Peak Oil News: Robert Kennedy Jr.: This is the beginning of the end

Monday, September 19, 2005

Robert Kennedy Jr.: This is the beginning of the end

The Pensacola News Journal

In 2004, Robert F. Kennedy Jr. wrote a national best seller, "Crimes Against Nature: How George W. Bush And His Corporate Pals Are Plundering The Country And Hijacking Our Democracy." In the book, he charged there is a "cozy relationship" between the White House and the energy industry.

Kennedy is the chief prosecutor for Hudson Riverkeeper in New York and an attorney for the Natural Resources Defense Council. He is on the faculty of Pace Law School in New York. Kennedy co-hosts "Ring of Fire" with Pensacola attorney Mike Papantonio on Air America Radio (

He talked with News Journal staff writer Lynette Wilson about oil supply, prices and fuel efficiency.
Q: Why are gas prices so high?

A: Supply is hitting a plateau and demand is increasing dramatically. China's entrance as a world player also has had an effect. Within 10 years we will hit peak supply -- the point where you've used up more than half of the reserves in existence. From then on, the amount of petroleum declines and prices go sky-high. It's the beginning of the end of the petroleum-based economy.
Q: So it's actually a supply problem, not just an issue with refineries?

A: There's a bottleneck also with refining capacity, according to the industry. A declining oil supply is escalating the problem.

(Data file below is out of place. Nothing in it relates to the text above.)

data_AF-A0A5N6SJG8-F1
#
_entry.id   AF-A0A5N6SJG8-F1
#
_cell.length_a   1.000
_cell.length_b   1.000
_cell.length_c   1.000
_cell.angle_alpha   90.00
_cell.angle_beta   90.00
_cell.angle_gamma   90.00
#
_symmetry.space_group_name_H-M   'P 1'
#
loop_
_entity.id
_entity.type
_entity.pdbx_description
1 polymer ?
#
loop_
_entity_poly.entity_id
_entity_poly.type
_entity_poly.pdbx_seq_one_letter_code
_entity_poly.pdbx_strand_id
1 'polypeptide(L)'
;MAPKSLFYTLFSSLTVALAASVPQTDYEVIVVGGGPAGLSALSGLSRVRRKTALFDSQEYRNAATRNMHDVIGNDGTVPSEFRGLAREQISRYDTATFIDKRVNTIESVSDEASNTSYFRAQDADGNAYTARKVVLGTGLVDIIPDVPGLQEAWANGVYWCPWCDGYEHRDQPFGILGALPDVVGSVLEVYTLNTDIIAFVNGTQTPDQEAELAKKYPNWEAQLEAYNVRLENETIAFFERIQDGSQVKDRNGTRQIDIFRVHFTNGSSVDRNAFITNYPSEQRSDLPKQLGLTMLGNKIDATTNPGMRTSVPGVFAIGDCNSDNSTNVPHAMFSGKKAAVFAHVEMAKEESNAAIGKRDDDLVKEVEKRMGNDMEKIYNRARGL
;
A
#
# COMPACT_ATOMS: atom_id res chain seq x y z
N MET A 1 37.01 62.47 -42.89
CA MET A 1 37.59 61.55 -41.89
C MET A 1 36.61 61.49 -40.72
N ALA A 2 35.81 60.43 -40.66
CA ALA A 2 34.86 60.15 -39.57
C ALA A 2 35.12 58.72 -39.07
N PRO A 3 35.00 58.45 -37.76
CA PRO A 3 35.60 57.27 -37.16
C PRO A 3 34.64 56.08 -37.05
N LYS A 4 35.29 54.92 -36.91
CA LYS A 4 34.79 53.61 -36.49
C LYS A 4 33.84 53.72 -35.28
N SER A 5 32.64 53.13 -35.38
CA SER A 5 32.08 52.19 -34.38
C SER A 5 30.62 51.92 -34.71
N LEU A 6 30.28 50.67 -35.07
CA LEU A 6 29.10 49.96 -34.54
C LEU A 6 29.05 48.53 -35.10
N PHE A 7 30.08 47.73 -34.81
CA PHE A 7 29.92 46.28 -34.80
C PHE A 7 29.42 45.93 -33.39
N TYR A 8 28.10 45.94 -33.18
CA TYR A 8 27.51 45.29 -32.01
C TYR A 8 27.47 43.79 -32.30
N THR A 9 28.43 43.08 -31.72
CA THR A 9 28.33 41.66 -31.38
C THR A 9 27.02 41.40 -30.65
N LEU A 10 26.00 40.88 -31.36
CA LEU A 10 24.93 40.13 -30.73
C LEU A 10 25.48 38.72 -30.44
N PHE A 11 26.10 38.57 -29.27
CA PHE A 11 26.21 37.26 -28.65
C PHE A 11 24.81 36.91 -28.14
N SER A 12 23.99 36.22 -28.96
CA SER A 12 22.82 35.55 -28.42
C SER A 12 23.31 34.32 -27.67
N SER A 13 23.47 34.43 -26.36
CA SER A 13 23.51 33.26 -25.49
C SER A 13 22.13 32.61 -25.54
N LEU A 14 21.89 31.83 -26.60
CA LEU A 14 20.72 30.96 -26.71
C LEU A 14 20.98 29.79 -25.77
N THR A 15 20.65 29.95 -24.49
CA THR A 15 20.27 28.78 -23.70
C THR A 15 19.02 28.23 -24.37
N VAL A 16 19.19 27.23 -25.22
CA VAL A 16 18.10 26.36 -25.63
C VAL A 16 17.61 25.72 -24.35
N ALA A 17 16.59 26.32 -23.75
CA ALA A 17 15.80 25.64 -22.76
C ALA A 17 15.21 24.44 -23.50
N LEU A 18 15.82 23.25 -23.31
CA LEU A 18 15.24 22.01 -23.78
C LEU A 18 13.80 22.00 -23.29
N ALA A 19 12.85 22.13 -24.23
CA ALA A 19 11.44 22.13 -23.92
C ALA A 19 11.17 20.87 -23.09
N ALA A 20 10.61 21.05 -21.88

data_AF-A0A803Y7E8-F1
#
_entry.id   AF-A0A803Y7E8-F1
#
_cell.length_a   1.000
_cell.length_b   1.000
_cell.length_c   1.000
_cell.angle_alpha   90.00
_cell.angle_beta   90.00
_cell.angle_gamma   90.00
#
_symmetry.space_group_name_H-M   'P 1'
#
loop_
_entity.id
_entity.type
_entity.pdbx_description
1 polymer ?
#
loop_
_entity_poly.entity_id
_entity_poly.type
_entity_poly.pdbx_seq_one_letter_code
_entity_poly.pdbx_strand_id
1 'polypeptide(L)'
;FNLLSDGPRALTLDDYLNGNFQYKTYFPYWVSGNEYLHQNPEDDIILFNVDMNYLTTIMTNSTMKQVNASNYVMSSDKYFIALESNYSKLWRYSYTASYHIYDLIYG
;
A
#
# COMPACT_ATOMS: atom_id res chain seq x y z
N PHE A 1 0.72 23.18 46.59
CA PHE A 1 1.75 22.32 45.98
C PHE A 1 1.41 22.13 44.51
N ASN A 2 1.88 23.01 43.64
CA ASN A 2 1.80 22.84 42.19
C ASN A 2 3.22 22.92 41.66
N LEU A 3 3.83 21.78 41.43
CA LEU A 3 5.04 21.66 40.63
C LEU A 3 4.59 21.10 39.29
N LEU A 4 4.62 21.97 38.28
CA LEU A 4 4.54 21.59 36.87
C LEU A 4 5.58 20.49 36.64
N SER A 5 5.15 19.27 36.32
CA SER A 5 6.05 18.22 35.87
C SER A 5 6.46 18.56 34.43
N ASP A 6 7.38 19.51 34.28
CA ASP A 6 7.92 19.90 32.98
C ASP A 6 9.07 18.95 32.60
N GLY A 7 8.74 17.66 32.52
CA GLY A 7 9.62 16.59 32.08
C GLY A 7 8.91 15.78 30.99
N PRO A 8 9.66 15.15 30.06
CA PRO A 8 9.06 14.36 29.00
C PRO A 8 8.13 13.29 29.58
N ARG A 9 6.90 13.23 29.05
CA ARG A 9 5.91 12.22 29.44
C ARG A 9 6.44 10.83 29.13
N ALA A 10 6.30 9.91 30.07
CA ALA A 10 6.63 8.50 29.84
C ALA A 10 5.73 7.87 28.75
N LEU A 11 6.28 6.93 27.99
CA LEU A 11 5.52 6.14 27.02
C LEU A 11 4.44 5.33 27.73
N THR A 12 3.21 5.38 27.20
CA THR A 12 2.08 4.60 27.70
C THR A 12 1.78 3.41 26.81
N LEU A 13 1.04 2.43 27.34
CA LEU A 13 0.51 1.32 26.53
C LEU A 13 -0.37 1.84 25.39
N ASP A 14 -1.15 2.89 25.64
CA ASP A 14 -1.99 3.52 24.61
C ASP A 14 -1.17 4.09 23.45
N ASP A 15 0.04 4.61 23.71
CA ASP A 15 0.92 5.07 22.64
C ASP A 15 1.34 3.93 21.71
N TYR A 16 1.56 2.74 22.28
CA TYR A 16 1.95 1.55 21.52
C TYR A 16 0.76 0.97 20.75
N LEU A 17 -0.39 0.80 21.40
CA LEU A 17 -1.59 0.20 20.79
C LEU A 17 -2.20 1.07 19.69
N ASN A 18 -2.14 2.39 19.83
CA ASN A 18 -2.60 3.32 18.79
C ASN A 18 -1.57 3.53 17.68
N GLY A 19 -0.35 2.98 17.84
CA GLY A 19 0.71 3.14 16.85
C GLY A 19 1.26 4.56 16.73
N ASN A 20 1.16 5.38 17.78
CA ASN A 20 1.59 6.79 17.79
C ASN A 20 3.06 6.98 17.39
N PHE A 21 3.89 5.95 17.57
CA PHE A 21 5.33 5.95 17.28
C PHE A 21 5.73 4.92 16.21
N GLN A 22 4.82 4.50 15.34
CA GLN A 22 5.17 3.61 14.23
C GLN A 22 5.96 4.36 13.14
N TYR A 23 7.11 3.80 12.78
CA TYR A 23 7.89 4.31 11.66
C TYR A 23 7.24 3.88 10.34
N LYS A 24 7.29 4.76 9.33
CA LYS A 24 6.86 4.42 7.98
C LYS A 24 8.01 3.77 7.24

Q: What should we be doing?

A: Shifting away from petroleum-based economy. And there are a lot of reasons to do that. (One is) national security. We are buying Hummers over here and financing al-Qaida (through oil purchases from the Middle East). Our dependence on foreign oil wrecks our balance of payments. If we reduce our dependence on foreign oil, we insulate ourselves from price shocks, improve our balance of payments and improve our competitiveness in the world economy.
Q: What about raising vehicle fuel-economy standards?

A: If we raise average fuel economy standards by 1 mile per gallon (we're at an average of 20 mpg now), we can yield more oil than what is in the Arctic National Wildlife Refuge. If fuel-economy standards were raised by 7.6 mpg, we could eliminate 100 percent of Persian Gulf oil imports. Think of what that would do for our country. In 1986, we almost eliminated Gulf oil. If Reagan hadn't rolled back corporate average fuel economy standards, we wouldn't be dependent on Gulf oil now.

(In his book, Kennedy writes, "In 1979, President Carter implemented 'corporate average fuel economy' or CAFE standards that encouraged carmakers to make more fuel-efficient cars." In 1986, President Reagan rolled back the standards.)
Q: What should politicians be doing?

A: Voting for fuel-efficiency standards. The $80 million in checkbook diplomacy between Detroit and Washington, D.C., has dimmed the appetite for fuel-economy standards. There are no CAFE standards in the new energy bill. This White House has tax deductions for Hummers and the biggest sport utility vehicles. There are incentives to use more fuel. It's insane policy.